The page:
Which Hardware Fails the Most and Why


Thanks to all of those who participated in our hardware failure survey. We’ve found some interesting data we’d like to share.


The goal of this survey was to determine which types of equipment fail most frequently, why they fail, and what the most difficult things about recovering these pieces of equipment are.


We all know that hardware failure is very common, so after polling nearly four hundred of our partners, it's not surprising that 99 percent of them had experienced a hardware failure. On top of that, data loss is common for clients our partners work with, evidenced by the fact that the majority of IT professionals (71 percent) have worked with clients during a major data loss event.

So what causes failures? The sweeping majority (80.9 percent) of failures are caused by hard drive malfunction. If you look at the most common problems outside of hard drive failure, it’s a tossup. An indeterminate failure is nearly as likely to happen as a motherboard failure or other internal component failure (see chart “Most common hardware problems”). When it comes to failure in various types of server, it's clear that no one type of server  fails more than another, meaning all servers should be backed up—not  just those that seem most critical to operations.

IT professional who have worked with clients

When we asked how much downtime clients our partners work with would accept (specifically domain servers), the plurality (40.8 percent) were comfortable with downtime in the two to four hour range, 14 percent said four to six hours was acceptable, 26.4 percent said one hour was acceptable, and another 14 percent said that no downtime was acceptable.

Users of ShadowProtect can easily recover within the two to four hour window, as illustrated by the fact that many respondents (40.6 percent) said they could recover a down server in under two hours, while a total of 67.2 percent said they could do it in under five.

We also asked respondents to tell us in their own words what the most difficult thing about recovering a failed machine was. A large number of respondents agreed that issues related to finding drivers and completing bare metal restores were the most difficult. The next most common answer was that issues related to transferring large amounts of data from hardware to hardware was the most difficult thing (usually because of the amount of time it can take for large amounts). Pressure from clients to hurry or unrealistic recovery expectations from clients was the third most common answer, suggesting that RTOs should be established at the onset, not during a recovery scenario, in order to manage client expectations.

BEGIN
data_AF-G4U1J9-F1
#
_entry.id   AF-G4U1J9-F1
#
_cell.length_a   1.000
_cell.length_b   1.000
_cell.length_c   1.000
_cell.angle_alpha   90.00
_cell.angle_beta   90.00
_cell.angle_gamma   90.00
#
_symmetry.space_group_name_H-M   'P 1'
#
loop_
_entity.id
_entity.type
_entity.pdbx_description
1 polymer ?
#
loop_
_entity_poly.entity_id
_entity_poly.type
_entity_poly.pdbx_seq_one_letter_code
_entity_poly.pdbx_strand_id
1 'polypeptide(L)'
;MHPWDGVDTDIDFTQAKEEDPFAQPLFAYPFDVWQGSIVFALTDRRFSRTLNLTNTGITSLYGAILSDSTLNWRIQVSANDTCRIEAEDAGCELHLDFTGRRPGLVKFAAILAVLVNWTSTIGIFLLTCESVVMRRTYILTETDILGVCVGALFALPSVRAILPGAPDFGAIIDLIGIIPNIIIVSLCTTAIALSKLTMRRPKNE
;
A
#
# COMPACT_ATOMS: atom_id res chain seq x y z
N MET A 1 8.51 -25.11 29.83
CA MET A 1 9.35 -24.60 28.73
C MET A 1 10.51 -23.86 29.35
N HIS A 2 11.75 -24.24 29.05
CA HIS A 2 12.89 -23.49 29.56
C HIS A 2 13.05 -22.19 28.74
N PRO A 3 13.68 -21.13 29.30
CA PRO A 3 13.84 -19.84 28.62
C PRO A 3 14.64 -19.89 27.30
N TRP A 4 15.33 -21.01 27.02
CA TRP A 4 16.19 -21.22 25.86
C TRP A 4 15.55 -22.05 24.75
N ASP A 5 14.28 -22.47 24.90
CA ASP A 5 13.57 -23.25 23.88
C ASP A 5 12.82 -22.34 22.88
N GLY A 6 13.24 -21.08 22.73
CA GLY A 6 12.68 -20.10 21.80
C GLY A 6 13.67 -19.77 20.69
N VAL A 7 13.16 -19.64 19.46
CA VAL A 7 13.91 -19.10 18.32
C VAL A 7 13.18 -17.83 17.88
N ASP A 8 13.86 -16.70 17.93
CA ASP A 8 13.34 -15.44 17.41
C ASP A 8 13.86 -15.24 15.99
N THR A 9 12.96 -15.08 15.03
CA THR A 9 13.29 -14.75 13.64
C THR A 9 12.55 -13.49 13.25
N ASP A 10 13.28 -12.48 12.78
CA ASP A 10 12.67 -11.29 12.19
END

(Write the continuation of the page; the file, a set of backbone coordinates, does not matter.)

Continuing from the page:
At-a-glance highlights

Among StorageCraft partners,

- 99 percent said they had experienced a hardware failure in the past.

- The plurality (40.6 percent) can recover a downed server or desktop  in under two hours using ShadowProtect

- 48.6 percent said that when it comes to server failure, no one type of server fails more than another.

- 71.1 percent say they have worked with a client during a major data loss event.

- 14 percent said no domain server downtime was acceptable, while 40.8 percent said between two and four hours of downtime was acceptable.

- 52.7 percent said illustrating the value of disaster recovery to clients was the most difficult thing about a backup and disaster recovery offering, followed by the actual performance of failovers and recoveries (17.8 percent) and testing disaster recovery plans with clients (15.2 percent).

- Hard drive failure is by far the most common hardware problem (80.9 percent) followed by power source failure (4.7 percent).

- Viruses and malware are the most common software problems are viruses and malware (38.3 percent) followed by OS failure and other issues (25.2 percent).

- Desktops, followed by servers, are the most common type of equipment failure (55.8 percent and 38 percent respectively).

These statistics are based on a ten-question survey of 387 StorageCraft partners. Research conducted by StorageCraft Technology Corporation.

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